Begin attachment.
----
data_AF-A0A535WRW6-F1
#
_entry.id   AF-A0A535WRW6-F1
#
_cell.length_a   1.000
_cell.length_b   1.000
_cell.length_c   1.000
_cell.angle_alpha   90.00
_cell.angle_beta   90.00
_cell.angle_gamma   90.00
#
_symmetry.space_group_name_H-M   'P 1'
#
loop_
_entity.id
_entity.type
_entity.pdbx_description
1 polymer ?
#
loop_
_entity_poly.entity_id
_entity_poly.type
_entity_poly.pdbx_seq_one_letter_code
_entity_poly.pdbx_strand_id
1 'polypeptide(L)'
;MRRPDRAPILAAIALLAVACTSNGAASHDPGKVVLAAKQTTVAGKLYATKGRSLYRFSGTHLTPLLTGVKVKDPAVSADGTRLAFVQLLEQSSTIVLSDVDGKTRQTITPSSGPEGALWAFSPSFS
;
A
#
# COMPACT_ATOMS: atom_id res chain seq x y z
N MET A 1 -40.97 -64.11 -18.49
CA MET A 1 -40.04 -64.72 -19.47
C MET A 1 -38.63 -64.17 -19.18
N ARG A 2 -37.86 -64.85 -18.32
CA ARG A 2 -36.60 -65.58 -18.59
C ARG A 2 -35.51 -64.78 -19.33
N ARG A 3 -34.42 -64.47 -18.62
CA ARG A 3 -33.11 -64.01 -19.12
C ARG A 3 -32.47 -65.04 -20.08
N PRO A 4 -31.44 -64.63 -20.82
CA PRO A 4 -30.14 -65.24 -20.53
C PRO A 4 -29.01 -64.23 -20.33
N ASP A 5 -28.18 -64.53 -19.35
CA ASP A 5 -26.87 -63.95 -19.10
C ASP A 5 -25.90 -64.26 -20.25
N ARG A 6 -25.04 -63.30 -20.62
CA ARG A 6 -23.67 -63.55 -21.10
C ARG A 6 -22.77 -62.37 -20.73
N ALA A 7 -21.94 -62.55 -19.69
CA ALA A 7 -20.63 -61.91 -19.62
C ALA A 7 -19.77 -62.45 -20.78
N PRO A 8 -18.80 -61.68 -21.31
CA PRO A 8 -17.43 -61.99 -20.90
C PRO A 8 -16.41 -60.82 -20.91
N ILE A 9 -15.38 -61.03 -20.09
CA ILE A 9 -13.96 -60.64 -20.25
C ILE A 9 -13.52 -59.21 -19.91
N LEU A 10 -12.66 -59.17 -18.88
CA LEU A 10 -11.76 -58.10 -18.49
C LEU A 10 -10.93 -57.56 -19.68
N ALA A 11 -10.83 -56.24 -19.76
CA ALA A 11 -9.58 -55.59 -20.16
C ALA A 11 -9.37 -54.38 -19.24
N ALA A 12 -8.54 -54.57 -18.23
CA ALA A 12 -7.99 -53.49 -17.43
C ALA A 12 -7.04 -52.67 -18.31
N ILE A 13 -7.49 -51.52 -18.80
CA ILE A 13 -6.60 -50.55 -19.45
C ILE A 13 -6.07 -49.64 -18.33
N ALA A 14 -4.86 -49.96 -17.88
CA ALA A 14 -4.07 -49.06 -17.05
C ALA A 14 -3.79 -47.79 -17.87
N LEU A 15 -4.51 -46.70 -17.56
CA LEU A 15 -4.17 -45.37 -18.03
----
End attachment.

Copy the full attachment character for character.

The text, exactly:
data_AF-A0A535WRW6-F1
#
_entry.id   AF-A0A535WRW6-F1
#
_cell.length_a   1.000
_cell.length_b   1.000
_cell.length_c   1.000
_cell.angle_alpha   90.00
_cell.angle_beta   90.00
_cell.angle_gamma   90.00
#
_symmetry.space_group_name_H-M   'P 1'
#
loop_
_entity.id
_entity.type
_entity.pdbx_description
1 polymer ?
#
loop_
_entity_poly.entity_id
_entity_poly.type
_entity_poly.pdbx_seq_one_letter_code
_entity_poly.pdbx_strand_id
1 'polypeptide(L)'
;MRRPDRAPILAAIALLAVACTSNGAASHDPGKVVLAAKQTTVAGKLYATKGRSLYRFSGTHLTPLLTGVKVKDPAVSADGTRLAFVQLLEQSSTIVLSDVDGKTRQTITPSSGPEGALWAFSPSFS
;
A
#
# COMPACT_ATOMS: atom_id res chain seq x y z
N MET A 1 -40.97 -64.11 -18.49
CA MET A 1 -40.04 -64.72 -19.47
C MET A 1 -38.63 -64.17 -19.18
N ARG A 2 -37.86 -64.85 -18.32
CA ARG A 2 -36.60 -65.58 -18.59
C ARG A 2 -35.51 -64.78 -19.33
N ARG A 3 -34.42 -64.47 -18.62
CA ARG A 3 -33.11 -64.01 -19.12
C ARG A 3 -32.47 -65.04 -20.08
N PRO A 4 -31.44 -64.63 -20.82
CA PRO A 4 -30.14 -65.24 -20.53
C PRO A 4 -29.01 -64.23 -20.33
N ASP A 5 -28.18 -64.53 -19.35
CA ASP A 5 -26.87 -63.95 -19.10
C ASP A 5 -25.90 -64.26 -20.25
N ARG A 6 -25.04 -63.30 -20.62
CA ARG A 6 -23.67 -63.55 -21.10
C ARG A 6 -22.77 -62.37 -20.73
N ALA A 7 -21.94 -62.55 -19.69
CA ALA A 7 -20.63 -61.91 -19.62
C ALA A 7 -19.77 -62.45 -20.78
N PRO A 8 -18.80 -61.68 -21.31
CA PRO A 8 -17.43 -61.99 -20.90
C PRO A 8 -16.41 -60.82 -20.91
N ILE A 9 -15.38 -61.03 -20.09
CA ILE A 9 -13.96 -60.64 -20.25
C ILE A 9 -13.52 -59.21 -19.91
N LEU A 10 -12.66 -59.17 -18.88
CA LEU A 10 -11.76 -58.10 -18.49
C LEU A 10 -10.93 -57.56 -19.68
N ALA A 11 -10.83 -56.24 -19.76
CA ALA A 11 -9.58 -55.59 -20.16
C ALA A 11 -9.37 -54.38 -19.24
N ALA A 12 -8.54 -54.57 -18.23
CA ALA A 12 -7.99 -53.49 -17.43
C ALA A 12 -7.04 -52.67 -18.31
N ILE A 13 -7.49 -51.52 -18.80
CA ILE A 13 -6.60 -50.55 -19.45
C ILE A 13 -6.07 -49.64 -18.33
N ALA A 14 -4.86 -49.96 -17.88
CA ALA A 14 -4.07 -49.06 -17.05
C ALA A 14 -3.79 -47.79 -17.87
N LEU A 15 -4.51 -46.70 -17.56
CA LEU A 15 -4.17 -45.37 -18.03